How to Travel Safe When Using Ground Transportation – Part 1

April 04, 2017

The last thing you may be thinking about when you are relaxing on vacation is your travel safety. Those moments when you are distracted searching for a bus stop or trying to hail a cab are the moments you are most vulnerable. In part 1 of this 3 part series, you’ll learn what to be aware of when taking ground transportation as well as what you can do if someone is hassling you.

It Can Happen to Anyone

You’re pickpocketed as you nap on a bus headed for Buffalo. Your assailant gets away with your ID, credit cards, and cash. This causes problems for years, as you try to clear your good name.

Waiting for the train in London, you absorb yourself in texting. Your phone attracts the attention of a thief, who promptly grabs the $700 phone right out of your hand.

Even the best-planned travel is random chaos. When it comes to crime, although you can’t control when a wave might come at you out of nowhere, you can learn to surf it.  Below we discuss crimes and other dangers you might encounter in using ground transportation and how to minimize your risk.

The Nature of Ground Transit Invites Crime

Ground transit keeps you temporarily stranded from the outside world. This inability to summon help immediately tends to enable crime and other abuse. Behaviors on public transport range from theft, verbal abuse, aggressive staring and offensive gestures to being photographed against one’s will, groping, flashing, lewd comments, rape, threats against the driver, and other disturbing behaviors. These behaviors can happen on the way to the bus shelter, at the bus shelter, and in and around transit facilities.

Certain Destinations are More Dangerous

Traveling overseas to certain destinations puts women and men at risk. Travelers who venture to parts of South America and the Middle East must be astute at handling their fears and projecting confidence through their body language.  Generally avoid buses outside of North America, Europe, and Australia.

Avoid Buses

Generally, avoid buses outside of North America, Europe, and Australia.

Research before any international trip to find out if any safety bulletins have been issued in the country you plan to visit. The U.S. State Department website posts travel warnings for specific countries, along with details.  American travelers can also register with U.S. consulates and embassies in the nations they plan to visit.

Behind that Smiling Face…

Real-life predators are not Michael Myers or Hannibal Lecter. Criminals could be anyone: they hide in plain sight and try to look like everyone else. In choosing their targets, criminals seek out a power differential—often their decision is based purely on the physical power and the body mass of their target.

Mental Strategies Can be Powerful

To bypass the power differential, take martial arts classes. Maybe you can’t beat up anything larger than a stuffed animal right now; with commitment, speed, timing, agility, and body mechanics, even a smaller person can learn tactics that, if done right, make body mass and size a bit less relevant.

You’ll also learn mental strategies that could save your life. In fact, mental strategies of being aware of your surroundings and trusting your intuition may be more important than physical strategies, which you would only use in the worst-case scenario—when you can’t get away from an assailant. Avoiding, deterring, and de-escalating situations are far better than sticking around for a fight. Most important is to learn to be assertive.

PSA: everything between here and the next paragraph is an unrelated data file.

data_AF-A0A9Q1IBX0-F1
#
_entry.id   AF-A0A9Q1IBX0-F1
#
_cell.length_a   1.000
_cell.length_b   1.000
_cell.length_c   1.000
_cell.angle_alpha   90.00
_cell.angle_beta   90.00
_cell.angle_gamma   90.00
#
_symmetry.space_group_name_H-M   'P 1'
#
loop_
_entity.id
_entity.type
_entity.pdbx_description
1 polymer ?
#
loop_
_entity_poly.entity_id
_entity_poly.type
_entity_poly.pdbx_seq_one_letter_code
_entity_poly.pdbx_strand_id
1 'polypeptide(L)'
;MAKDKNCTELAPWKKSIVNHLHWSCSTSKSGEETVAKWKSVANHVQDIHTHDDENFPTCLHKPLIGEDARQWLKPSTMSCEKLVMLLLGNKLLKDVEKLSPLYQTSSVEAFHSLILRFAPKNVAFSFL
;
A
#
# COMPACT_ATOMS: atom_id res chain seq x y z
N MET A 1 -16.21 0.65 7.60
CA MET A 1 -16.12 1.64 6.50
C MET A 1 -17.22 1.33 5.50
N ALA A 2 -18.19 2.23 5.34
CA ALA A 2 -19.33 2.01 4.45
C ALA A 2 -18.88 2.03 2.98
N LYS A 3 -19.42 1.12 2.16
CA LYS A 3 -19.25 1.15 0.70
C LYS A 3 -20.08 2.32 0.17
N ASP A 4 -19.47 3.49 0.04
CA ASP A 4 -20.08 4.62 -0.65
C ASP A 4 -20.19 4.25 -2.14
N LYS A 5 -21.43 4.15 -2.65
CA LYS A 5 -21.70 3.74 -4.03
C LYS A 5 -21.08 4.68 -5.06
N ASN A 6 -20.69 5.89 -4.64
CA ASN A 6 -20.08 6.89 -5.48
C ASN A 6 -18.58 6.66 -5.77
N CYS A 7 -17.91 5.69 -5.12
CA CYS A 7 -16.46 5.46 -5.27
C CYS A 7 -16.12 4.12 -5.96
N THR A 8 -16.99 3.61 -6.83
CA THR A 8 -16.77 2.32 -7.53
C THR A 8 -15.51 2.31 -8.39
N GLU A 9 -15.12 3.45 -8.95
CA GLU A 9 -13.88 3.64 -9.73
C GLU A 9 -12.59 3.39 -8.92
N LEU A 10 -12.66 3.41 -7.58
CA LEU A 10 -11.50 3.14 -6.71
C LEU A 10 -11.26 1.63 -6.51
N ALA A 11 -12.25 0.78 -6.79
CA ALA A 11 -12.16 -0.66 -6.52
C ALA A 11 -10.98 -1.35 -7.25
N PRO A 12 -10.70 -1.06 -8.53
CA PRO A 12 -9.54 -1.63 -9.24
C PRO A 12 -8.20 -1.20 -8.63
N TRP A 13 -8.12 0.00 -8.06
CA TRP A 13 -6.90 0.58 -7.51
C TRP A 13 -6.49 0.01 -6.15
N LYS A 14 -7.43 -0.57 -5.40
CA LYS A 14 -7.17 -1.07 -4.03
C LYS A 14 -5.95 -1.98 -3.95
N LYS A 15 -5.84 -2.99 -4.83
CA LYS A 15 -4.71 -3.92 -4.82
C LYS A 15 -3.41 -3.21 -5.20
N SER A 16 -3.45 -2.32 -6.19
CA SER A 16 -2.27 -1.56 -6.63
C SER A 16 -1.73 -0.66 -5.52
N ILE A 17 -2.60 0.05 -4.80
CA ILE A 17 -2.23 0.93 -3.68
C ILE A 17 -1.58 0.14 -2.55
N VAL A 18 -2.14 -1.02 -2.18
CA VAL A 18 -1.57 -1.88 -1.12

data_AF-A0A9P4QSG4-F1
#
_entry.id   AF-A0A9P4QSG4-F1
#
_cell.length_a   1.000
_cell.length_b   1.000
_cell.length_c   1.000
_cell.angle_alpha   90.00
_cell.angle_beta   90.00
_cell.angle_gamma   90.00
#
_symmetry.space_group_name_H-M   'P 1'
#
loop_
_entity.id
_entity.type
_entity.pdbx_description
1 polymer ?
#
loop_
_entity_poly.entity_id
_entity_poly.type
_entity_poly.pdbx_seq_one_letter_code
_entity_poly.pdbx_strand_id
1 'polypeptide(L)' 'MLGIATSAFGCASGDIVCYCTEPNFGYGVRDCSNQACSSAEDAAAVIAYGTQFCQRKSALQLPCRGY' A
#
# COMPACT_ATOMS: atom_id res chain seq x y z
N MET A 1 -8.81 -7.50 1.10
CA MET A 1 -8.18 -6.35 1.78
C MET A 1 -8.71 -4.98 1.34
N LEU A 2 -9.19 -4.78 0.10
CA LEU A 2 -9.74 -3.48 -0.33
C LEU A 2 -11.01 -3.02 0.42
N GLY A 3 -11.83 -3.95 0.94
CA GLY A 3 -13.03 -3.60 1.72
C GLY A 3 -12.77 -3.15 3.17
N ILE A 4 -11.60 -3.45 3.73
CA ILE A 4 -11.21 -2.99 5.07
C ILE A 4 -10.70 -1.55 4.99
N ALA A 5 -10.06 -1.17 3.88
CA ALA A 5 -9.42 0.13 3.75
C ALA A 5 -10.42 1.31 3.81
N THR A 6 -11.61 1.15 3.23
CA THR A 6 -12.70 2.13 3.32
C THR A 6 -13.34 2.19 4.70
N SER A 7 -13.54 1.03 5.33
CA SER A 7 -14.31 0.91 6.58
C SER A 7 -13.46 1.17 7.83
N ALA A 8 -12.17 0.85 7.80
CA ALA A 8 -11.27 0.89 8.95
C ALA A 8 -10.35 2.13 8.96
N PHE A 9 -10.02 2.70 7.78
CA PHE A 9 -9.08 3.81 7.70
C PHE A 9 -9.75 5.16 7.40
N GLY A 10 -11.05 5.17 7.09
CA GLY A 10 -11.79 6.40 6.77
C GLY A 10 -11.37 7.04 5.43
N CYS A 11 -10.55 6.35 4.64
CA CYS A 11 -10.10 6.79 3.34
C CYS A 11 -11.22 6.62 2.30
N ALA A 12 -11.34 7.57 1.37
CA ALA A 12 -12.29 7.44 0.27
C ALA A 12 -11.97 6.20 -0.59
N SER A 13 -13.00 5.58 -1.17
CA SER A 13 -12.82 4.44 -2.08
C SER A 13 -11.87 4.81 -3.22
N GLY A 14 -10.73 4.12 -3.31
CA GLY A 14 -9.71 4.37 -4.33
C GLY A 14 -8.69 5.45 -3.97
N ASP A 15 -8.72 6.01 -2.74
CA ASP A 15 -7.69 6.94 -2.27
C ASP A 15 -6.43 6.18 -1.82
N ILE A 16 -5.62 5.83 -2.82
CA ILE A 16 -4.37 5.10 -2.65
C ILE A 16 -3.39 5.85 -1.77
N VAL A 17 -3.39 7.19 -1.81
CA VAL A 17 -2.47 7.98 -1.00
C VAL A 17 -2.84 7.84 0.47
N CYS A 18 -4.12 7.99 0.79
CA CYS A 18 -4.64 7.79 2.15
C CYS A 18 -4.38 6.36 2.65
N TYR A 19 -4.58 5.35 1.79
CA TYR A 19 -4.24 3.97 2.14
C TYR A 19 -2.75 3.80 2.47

Learn Martial Arts

Learn martial arts.

Assertive Scripts You Can Use When Being Harassed

Learn as much as you can about assertiveness—and then practice on people in your own life.

You may be tempted to ignore bad behaviors, but you do have dignified options beyond that. You can set limits with harassers.  In fact, your harasser could have darker intentions and might be testing your boundaries. If you react swiftly and assert yourself, he’ll probably decide to move on.

Most of the following scripts are intended for situations of sexual harassment.

  1. Name the behavior and say that it is wrong. For instance: “You can’t touch me! You can’t just grab someone’s butt. That’s not okay!”
  2. Tell them what you want from them. You might say, “Get away from me!” “Stop putting your hand up my skirt,” or “Stop trying to grab my purse.”
  3. Make it personal. Ask them, “Would you want your mother or sister to be treated the way you’re treating me?” Personalizing a bad behavior might make a harasser stop and think. It won’t work on offenders who aren’t in their right mind or on those who know better but don’t care.
  4. Make a general statement about harassment. Say, “Stop harassing me. I don’t like it. Show some respect.”  Say it in a serious tone.
  5. Call out the offender, which is especially helpful if bystanders are near. You could say, “Guy in the blue suit, stop rubbing against me.” Announce it to the whole train or bus, and the harasser will hopefully be humiliated enough to get out at the next stop.
  6. Call out the behavior. Don’t call names. Say “You’re sitting too close to me” rather than saying “What a sick pervert you are.”
  7. Take a cell phone picture of the offender or thief. It can throw him off balance. Criminals are used to employing the element of surprise; do something unexpected and turn the tables on them.
  8. If you’re getting panhandled, create a bit of cognitive dissonance. Say “no” with a cheerful tone in your voice. It might throw the person off.

Call them out

Call them out.

Part 2 of this series will cover how to stay safe when traveling by bus, cab or train .

Written by Katie Anton